Did you know that if you attach a rock to a lightbulb and drop it into the ocean, the bulb will implode at about 100 metres with a peculiar “bang”?
I didn’t either. (If you’d like to hear that “bang,” click on this.)
More interesting, I suppose, is the fact that the undersea is a “blooming, buzzing confusion” of sounds, most of which are made by living beings. We, unfortunately, are responsible for noise pollution, causing distress to some ocean creatures, among them whales. These great beasts moan and whoop and click and pop, typically beneath the range of our hearing. Luckily for us, scientists have recorded these sounds and speeded them up to raise the pitch to bring it within our range. I say luckily, because I certainly can use a regular reminder that there’s a whole lot more in the world than I encounter on my high street, particularly in mid-February, when the world (near me, at least) can be deprived of colour, smells and the ear-candy of bird song.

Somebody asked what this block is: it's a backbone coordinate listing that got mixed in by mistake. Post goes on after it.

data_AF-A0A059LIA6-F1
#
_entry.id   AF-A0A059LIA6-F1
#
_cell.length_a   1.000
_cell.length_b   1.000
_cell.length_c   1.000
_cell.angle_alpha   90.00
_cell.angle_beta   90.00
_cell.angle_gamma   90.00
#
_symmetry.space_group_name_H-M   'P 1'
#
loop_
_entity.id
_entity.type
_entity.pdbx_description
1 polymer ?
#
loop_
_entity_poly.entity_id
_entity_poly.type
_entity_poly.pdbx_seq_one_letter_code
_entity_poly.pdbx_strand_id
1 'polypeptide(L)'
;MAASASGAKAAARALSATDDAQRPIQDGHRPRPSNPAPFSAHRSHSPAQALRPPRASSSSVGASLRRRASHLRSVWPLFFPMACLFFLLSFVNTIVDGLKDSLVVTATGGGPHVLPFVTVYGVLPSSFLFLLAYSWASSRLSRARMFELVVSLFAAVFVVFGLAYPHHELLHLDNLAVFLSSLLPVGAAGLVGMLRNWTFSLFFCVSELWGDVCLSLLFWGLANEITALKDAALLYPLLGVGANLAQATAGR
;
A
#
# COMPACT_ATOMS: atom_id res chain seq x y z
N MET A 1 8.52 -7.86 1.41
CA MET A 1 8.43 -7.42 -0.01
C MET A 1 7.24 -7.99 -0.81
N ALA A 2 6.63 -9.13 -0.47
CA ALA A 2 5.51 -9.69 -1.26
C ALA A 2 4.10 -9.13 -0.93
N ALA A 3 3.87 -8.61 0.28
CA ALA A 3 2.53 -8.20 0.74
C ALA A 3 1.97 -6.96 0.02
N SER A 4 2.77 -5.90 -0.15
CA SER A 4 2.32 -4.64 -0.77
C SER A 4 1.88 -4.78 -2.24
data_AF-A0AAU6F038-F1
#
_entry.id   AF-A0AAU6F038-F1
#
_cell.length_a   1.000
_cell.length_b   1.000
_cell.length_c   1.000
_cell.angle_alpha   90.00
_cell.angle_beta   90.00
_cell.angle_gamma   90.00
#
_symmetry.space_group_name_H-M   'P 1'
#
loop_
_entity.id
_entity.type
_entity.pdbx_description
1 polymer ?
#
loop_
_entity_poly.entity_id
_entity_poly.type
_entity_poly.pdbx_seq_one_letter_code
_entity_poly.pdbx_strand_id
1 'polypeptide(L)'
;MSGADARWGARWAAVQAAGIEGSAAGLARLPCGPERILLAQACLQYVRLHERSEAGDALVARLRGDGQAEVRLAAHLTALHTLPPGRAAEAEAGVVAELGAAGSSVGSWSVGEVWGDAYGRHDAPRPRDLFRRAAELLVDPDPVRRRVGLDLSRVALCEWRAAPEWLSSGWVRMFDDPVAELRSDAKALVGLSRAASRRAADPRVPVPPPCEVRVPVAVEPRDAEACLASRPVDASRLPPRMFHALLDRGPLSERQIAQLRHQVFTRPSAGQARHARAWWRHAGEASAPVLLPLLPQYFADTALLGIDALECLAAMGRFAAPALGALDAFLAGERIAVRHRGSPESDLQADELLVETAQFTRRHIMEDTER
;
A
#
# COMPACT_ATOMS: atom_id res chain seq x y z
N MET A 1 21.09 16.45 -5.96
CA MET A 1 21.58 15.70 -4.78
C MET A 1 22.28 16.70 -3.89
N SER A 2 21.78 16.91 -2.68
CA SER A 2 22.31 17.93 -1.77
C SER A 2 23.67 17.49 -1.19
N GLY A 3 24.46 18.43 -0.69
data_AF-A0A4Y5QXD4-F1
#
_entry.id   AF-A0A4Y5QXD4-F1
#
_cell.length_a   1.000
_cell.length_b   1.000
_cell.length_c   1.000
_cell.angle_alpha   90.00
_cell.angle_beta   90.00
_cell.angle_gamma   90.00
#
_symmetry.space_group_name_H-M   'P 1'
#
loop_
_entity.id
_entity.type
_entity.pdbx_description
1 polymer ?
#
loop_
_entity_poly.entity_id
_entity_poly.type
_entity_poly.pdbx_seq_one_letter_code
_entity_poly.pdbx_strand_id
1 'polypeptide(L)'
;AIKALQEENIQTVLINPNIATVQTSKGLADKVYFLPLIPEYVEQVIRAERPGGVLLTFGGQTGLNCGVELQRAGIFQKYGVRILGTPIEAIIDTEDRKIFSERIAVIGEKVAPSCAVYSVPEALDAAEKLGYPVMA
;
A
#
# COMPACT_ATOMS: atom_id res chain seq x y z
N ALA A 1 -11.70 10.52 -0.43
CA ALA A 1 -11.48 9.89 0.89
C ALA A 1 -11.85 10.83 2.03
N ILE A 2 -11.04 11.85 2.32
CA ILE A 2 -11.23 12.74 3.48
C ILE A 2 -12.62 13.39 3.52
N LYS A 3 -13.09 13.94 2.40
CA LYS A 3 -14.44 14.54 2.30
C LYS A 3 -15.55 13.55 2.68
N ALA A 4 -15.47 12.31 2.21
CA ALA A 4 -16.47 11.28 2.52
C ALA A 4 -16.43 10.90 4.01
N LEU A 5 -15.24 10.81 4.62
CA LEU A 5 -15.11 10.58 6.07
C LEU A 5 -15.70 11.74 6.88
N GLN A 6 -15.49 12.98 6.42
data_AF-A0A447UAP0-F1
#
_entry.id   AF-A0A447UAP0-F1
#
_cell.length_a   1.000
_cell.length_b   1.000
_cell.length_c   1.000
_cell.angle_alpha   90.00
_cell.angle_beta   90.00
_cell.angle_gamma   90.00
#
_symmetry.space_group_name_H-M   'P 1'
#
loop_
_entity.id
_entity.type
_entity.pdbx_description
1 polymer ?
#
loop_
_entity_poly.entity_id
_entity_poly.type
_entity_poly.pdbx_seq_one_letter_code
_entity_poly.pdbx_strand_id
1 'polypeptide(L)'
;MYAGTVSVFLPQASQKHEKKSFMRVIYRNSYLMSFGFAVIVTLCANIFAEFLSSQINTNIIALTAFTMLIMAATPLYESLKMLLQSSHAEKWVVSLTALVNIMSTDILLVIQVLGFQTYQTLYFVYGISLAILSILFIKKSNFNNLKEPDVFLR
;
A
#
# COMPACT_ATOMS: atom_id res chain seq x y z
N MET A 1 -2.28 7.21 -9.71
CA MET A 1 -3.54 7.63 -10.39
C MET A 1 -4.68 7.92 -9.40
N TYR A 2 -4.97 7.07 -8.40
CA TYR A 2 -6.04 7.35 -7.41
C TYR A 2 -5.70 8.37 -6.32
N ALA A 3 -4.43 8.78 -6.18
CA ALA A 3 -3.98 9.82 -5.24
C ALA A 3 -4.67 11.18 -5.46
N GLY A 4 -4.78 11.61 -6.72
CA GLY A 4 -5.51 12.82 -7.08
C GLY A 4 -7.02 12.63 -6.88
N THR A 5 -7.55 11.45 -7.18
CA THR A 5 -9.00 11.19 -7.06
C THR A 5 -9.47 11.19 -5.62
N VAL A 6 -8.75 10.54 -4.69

So I thought that, whether confined by February or just by routine, you, too, might like to break out of your sensory straits. I can’t do anything about the scents around you. But I can point you to some sounds and sights that might make you smile. And because I’m aiming for the unordinary, we’ll continue under water.
Sounds first. And it would be hard to improve on whale sounds, perhaps. You can hear some pretty decent recordings of whale vocalization on Mark McDonald’s Whale Acoustics site. Then while you listen to these, you might like to watch a slideshow put together by the U.S. National Oceanic and Atmospheric Administration that gives us a glimpse of deep-water, fantastical and beautiful life forms, such as the one shown below.